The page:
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Categories: Environment

If we act on climate change now, the economic prize will be immense | Felipe Calderón

Guardian Environment News - Fri, 2017/11/17 - 8:27am

Acting on climate can certainly be driven by pure pragmatism: the economics of it are clear, writes Felipe Calderón

Climate negotiators are meeting in Bonn. Beyond the intricacies of the negotiations, here is one key thing to remember instead: about $1tn is already being invested in climate solutions, ranging from renewables and energy efficiency to public transport.

To put it simply: for those that act on climate now, the size of the economic prize will be immense.

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Categories: Environment

Chester Zoo successfully breeds rare Catalan newt

Guardian Environment News - Fri, 2017/11/17 - 8:06am

Twelve Montseny newts – one of world’s rarest amphibians - hatched as part of joint breeding project with Catalan authorities

Conservationists at Chester Zoo have successfully bred one of the world’s rarest amphibians – the Catalan newt – in an attempt to save it from extinction.

The zoo is the first organisation outside Catalonia to become involved in the breeding project for the newt, the rarest amphibian in Europe.

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Categories: Environment

‘We lost a great leader’: Berta Cáceres still inspires as murder case takes fresh twist | Liz Ford

Guardian Environment News - Fri, 2017/11/17 - 7:00am

As friends and followers of the late Honduran activist continue her battle for indigenous land rights, their cause has been boosted by a damning legal report

María Santos Domínguez heard about the death of her good friend Berta Cáceres on the radio. She had just given birth to her youngest daughter, so she wasn’t with Cáceres the week she was murdered.

“It was a double blow because we were very close, we worked together in the communities,” said Santos Domínguez, a coordinator for the Civic Council of Popular and Indigenous Organisations of Honduras (Copinh), the organisation Cáceres co-founded 24 years ago to stop the state selling off the country’s ancestral lands to multinational companies.

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Categories: Environment

The week in wildlife – in pictures

Guardian Environment News - Fri, 2017/11/17 - 7:00am

Stranded whales, smuggled parrots and a rediscovered salamander are among this week’s pick of images from the natural world

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Categories: Environment

Lentils are so 2013 – an on-trend guide to glitter alternatives

Guardian Environment News - Fri, 2017/11/17 - 6:38am

A nursery has banned children from making Christmas decorations using glitter, suggesting the sustainable alternatives of rice and lentils. But what about quinoa?

A nursery chain has identified glitter as a harmful pollutant, and banned children from using it when making Christmas decorations this year. Instead, Tops Day Nurseries is now promoting rice and lentils as substitute festive materials. However, not everyone has access to rice and lentils, so here are some other environmentally friendly glitter alternatives.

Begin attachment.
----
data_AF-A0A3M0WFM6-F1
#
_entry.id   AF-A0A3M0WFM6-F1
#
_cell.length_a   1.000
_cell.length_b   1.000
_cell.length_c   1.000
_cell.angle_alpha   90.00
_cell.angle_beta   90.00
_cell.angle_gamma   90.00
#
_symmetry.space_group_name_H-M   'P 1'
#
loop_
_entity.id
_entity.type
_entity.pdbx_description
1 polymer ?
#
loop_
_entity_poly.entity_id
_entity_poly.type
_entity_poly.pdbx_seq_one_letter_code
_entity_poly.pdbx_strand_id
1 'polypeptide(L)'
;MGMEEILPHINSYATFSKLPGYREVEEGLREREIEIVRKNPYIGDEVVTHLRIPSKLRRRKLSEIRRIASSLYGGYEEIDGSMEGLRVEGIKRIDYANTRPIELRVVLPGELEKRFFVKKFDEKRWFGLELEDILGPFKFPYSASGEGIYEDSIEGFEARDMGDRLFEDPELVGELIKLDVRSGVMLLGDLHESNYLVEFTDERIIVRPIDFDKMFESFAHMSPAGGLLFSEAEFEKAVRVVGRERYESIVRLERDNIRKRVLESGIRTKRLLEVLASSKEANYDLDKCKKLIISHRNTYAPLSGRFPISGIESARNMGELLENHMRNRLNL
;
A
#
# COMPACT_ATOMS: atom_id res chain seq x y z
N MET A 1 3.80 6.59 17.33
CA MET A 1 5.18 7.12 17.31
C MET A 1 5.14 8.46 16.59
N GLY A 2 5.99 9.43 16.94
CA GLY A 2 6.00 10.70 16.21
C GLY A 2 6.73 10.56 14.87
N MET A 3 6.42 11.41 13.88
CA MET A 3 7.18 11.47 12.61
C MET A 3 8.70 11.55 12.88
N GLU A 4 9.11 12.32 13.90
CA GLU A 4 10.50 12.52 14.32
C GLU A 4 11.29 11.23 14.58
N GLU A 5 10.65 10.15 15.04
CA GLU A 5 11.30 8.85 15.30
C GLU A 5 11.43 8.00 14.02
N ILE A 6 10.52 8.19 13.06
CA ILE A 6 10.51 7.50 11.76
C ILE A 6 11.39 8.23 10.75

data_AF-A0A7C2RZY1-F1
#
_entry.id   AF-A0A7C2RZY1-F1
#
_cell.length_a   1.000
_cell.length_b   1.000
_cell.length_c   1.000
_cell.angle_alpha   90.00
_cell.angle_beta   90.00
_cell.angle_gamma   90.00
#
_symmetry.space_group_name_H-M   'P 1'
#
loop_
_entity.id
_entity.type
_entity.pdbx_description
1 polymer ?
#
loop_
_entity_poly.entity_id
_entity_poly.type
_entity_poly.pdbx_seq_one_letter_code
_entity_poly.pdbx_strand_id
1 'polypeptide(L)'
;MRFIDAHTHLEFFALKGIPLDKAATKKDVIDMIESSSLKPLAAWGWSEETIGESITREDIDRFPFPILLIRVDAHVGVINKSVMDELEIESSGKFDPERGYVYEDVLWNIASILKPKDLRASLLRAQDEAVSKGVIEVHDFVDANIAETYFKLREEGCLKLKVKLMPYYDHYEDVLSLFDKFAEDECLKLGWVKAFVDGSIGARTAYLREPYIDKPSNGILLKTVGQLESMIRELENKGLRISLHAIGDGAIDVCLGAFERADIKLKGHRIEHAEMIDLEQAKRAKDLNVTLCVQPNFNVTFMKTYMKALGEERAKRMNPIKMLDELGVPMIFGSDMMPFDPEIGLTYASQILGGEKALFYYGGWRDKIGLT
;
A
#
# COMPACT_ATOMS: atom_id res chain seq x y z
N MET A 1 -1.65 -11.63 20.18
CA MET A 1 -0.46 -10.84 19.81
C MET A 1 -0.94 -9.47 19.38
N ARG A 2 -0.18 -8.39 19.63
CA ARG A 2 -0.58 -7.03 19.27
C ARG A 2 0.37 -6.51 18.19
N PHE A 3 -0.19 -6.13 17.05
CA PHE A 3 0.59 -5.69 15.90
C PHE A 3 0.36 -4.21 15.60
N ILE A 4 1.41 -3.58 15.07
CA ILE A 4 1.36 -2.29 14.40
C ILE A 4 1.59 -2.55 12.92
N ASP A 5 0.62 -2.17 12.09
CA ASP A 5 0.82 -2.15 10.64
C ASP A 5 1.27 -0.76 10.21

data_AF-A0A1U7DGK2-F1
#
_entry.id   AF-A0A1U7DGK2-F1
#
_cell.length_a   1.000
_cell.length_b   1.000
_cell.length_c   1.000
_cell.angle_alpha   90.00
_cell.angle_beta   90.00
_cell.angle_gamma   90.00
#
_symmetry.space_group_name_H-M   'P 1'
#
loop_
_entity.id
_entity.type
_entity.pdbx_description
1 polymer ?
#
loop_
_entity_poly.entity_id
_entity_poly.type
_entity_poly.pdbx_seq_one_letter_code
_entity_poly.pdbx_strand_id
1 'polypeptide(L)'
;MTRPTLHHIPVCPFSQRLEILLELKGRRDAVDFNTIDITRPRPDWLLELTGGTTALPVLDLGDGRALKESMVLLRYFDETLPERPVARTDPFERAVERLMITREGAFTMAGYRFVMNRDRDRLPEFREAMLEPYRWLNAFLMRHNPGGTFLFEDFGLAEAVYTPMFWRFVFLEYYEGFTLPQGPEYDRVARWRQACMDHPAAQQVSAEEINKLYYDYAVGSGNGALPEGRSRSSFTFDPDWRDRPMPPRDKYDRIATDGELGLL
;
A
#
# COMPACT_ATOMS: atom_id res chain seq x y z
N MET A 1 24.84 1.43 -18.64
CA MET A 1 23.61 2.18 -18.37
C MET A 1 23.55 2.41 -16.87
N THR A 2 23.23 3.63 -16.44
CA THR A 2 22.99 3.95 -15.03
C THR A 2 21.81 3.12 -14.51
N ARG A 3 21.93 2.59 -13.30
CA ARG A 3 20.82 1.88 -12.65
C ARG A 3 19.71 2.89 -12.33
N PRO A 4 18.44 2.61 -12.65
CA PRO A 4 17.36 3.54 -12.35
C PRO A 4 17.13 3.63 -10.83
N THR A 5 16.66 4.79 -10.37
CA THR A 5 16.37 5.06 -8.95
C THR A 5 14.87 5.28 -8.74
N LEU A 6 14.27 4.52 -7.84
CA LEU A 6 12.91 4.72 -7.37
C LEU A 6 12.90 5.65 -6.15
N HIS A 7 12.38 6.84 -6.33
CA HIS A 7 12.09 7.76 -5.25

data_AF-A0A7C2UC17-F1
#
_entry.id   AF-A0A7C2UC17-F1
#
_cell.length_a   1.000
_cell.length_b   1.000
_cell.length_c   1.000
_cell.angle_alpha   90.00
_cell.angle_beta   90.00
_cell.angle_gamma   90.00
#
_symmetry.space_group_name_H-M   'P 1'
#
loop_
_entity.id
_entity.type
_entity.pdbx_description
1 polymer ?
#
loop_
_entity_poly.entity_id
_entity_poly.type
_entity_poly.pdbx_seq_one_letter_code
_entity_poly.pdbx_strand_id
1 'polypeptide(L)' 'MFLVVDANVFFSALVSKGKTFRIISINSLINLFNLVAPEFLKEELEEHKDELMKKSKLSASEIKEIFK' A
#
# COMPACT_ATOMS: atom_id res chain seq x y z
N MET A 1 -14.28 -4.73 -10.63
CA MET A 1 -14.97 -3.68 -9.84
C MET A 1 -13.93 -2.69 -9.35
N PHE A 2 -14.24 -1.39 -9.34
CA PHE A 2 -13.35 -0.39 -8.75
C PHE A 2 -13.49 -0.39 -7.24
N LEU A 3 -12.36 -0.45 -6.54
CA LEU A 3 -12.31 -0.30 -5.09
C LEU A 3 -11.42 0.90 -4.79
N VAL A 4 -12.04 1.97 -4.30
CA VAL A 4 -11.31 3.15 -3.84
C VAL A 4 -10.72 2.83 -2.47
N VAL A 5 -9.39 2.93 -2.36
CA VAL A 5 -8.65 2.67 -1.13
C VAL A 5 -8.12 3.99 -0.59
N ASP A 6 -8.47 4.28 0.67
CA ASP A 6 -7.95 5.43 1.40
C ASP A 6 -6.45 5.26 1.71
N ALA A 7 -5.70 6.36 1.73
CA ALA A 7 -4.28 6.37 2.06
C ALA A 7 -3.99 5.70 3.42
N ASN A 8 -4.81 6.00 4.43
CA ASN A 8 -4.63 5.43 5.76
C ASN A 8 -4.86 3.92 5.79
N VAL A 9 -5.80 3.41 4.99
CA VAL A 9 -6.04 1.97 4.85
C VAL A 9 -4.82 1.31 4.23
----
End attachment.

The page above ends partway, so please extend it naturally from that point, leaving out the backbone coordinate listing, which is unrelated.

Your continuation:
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Categories: Environment

Why are cyclists one minority group the BBC feels it's OK to demonise? | Peter Walker

Guardian Environment News - Fri, 2017/11/17 - 4:59am

The BBC’s usual standards of impartiality and respect too often fall short when it comes to cyclists, as one show this week – where a pundit labelled them fanatics and even compared them to Nazis – sadly demonstrates

The scene is a BBC talk show. The subject is a particular niche pursuit enjoyed by a very disparate group of people who otherwise have nothing in common. And things aren’t going well.

The presenter – a man known for actively disliking this group – has assembled a seemingly balanced two-person panel, but repeatedly interjects to make it clear he finds the people being discussed annoying and weird.

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Categories: Environment

Tesla Roadster: nine things we know about the 'smackdown to gasoline cars'

Guardian Environment News - Fri, 2017/11/17 - 4:11am

New electric supercar will break records according to Elon Musk, with blistering acceleration and 630-mile range. Here’s everything we know

Tesla announced a new version of its very first car, the Roadster, turning it into an electric supercar described as a “hardcore smackdown to gasoline cars” by company founder Elon Musk.

The new sports car was unveiled alongside Tesla’s new electric truck, and promises to wow drivers with some extraordinary statistics that make it look like a Top Trumps card turned into an electrified reality.

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Categories: Environment

Climate Change Ripens Prospects For German Winemakers

NPR News - Environment - Fri, 2017/11/17 - 3:00am

While Spanish and Italian growers worry heat will dry out vines, in Germany, warming has made for better Rieslings. And one scientist says they couldn't be making red wine so good otherwise.

(Image credit: Daniella Cheslow for NPR)

Categories: Environment